I decided to would share it here for others to see that we’re almost all coping with the same issues: limited resources, homeschooling our kids, working from home, trying to be useful, and often not succeeding, and then feeling guilty about that. Why haven’t I cleaned out my closets? Why haven’t I planted my garden? How can we possibly use that much toilet paper in a week?! No, I don’t know what’s for dinner; what are you making?

I absolutely recognize my privilege and am ever grateful in that I have a home, my children are safe, and my husband continues to work from our home. He had already been working from home for a number of years, initially requesting it because of some medical limitations for me after my third child was born. Eventually, it became his regular job to work from home. I do know how lucky we are despite having the worry that this may situation may stop or change before the quarantine is over. Time will tell.

For all of us.

I began that Thursday as I begin every day, by waking up. I have an alarm set for 8:30 from Sunday to Thursday. I set the alarm so I can “attend” Mass online. It’s hard to have an excuse not to be there when the commute is literally sitting up in bed and turning on my Kindle. In addition to masses four days a week, my parish priest is also doing FB Live storytime for the younger parishioners (but I tune in every week, and enjoy every minute of it!), our office manager is offering a weekly reflection on FB Live as well, and we’ve had soup deliveries on Wednesday for the last three weeks. Sadly, they end when Lent does. I couldn’t be more proud of my church and how they’ve handled this pandemic from the beginning in March, keeping everyone informed and faith filled, keeping our community despite the physical distance.

So, my alarm goes off at 8:30, and my day begins.

8:30am – Wake up.

8:30 – 9am – Checked email, Facebook, Twitter. Saved screenshots and links for COVID-19 information posts to get to later.

I take my morning medicine.

9am – Facebook Live. Since this is Thursday, there is no daily mass, but my friend and godmother who is the office manager for my church gave a wonderfully lovely Lenten reflection. She’s doing another one this week as well.

About 9:45/10am – I begin listening to my podcasts: What a Day from Crooked Media and Stay Tuned with Preet Bharara.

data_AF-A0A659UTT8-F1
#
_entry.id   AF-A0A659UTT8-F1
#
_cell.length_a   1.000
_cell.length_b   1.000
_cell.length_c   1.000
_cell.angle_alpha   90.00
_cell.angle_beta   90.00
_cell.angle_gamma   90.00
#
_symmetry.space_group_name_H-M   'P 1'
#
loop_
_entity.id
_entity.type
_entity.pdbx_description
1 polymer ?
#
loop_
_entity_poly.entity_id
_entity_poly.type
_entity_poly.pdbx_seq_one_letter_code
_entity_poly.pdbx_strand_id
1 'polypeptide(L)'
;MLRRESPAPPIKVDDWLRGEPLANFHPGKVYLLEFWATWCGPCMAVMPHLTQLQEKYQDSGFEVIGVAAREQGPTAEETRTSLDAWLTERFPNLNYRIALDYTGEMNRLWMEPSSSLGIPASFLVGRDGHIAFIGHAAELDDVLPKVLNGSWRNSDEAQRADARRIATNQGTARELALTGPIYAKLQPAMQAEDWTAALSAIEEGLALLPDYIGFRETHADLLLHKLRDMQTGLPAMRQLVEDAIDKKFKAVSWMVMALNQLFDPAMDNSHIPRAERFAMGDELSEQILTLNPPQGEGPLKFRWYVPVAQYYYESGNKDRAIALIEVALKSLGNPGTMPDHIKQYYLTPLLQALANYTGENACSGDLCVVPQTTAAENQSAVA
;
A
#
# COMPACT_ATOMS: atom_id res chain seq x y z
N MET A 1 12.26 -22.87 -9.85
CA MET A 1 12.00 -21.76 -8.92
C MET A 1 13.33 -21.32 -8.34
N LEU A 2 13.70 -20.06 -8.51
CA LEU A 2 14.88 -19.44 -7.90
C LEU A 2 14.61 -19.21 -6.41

After that it’s time for breakfast, which sadly won’t come to me: a French toast bagel, toasted with melted butter.

I began reading a new book – The Boston Massacre (because clearly this is a lighter subject than what we’re living through right now.)

I went back on Facebook until …

11:30am – I watched New York’s Governor Cuomo’s daily briefing. I find his briefings calming and informative; also honest. I watch it every day that I am able to, and no, I do not watch the President’s daily briefing because those are the exact opposite of calming, informative, and honest. I screenshot many of the Governor’s slides to post on Facebook.

I cooked the meat and sauce and layered the lasagna in my crock pot for dinner.

When dinner was set up to cook for the rest of the day, I cropped the slides from the governor’s briefing and posted them on my Facebook page. (Several people have told me that they appreciate it, and it makes me feel as though I am doing something productive, something of a public service, even if it’s only in my mind.)

I then had Lunch with a Diet Coke followed by a snack. On my notes page that I kept the running diary, I didn’t write down what I had for lunch and snack, so I have no idea what it was. We’ve had sliced turkey and cheese in the house for sandwiches, we have ramen, macaroni & cheese, and often leftovers to have for lunch, so really it’s anybody’s guess what it might have been.

About now, I’ve begun to flag. I’m always tired since this situation has begun, not always physically, but I feel a constant level of worn out. My brain is going a mile a minute, but I am also paralyzed with uselessness.

I go back on my Kindle: Facebook, Twitter, some games. Things that I don’t need to think about because my brain just won’t slow down.

Clearly, I’m not writing. 😦

Emails.

My daughter was on Facetime with her friends and I heard her giggling and laughing hysterically. It resounded down from her room, and I stood at the bottom of the stairs, and just enjoyed it. It was a welcome sound; one that I haven’t heard for what seems like a long time, and I relished in it.

When the lasagna was ready, my son and I made homemade garlic bread. It was delicious.